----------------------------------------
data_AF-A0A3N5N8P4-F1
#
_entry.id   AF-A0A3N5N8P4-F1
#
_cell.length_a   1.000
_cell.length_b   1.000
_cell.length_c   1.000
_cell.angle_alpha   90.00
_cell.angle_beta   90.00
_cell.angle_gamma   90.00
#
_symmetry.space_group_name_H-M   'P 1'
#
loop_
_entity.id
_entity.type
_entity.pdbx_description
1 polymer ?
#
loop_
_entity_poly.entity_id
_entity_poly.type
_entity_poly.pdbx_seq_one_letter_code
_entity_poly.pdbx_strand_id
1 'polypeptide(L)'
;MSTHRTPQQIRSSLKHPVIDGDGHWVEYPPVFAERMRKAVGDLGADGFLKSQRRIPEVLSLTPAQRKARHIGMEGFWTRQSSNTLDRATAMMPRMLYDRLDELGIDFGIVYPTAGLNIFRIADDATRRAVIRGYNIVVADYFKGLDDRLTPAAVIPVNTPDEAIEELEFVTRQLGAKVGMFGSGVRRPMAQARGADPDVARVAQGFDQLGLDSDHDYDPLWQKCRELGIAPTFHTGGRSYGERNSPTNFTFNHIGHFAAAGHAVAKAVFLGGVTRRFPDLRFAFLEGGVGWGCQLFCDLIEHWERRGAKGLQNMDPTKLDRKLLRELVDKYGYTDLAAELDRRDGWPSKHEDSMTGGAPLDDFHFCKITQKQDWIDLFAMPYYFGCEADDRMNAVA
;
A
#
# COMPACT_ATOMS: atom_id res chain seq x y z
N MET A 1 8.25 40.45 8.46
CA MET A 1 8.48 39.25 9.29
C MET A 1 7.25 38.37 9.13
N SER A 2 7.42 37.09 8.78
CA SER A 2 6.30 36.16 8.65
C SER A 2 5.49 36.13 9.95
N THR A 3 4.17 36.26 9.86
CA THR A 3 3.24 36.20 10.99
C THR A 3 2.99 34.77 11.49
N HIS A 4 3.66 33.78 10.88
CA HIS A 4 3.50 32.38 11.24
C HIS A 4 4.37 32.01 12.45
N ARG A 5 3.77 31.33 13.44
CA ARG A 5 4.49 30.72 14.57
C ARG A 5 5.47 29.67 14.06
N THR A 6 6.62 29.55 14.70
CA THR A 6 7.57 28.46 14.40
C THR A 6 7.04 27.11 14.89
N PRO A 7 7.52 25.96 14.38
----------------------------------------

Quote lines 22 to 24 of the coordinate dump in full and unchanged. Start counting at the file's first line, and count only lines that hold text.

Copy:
_entity_poly.type
_entity_poly.pdbx_seq_one_letter_code
_entity_poly.pdbx_strand_id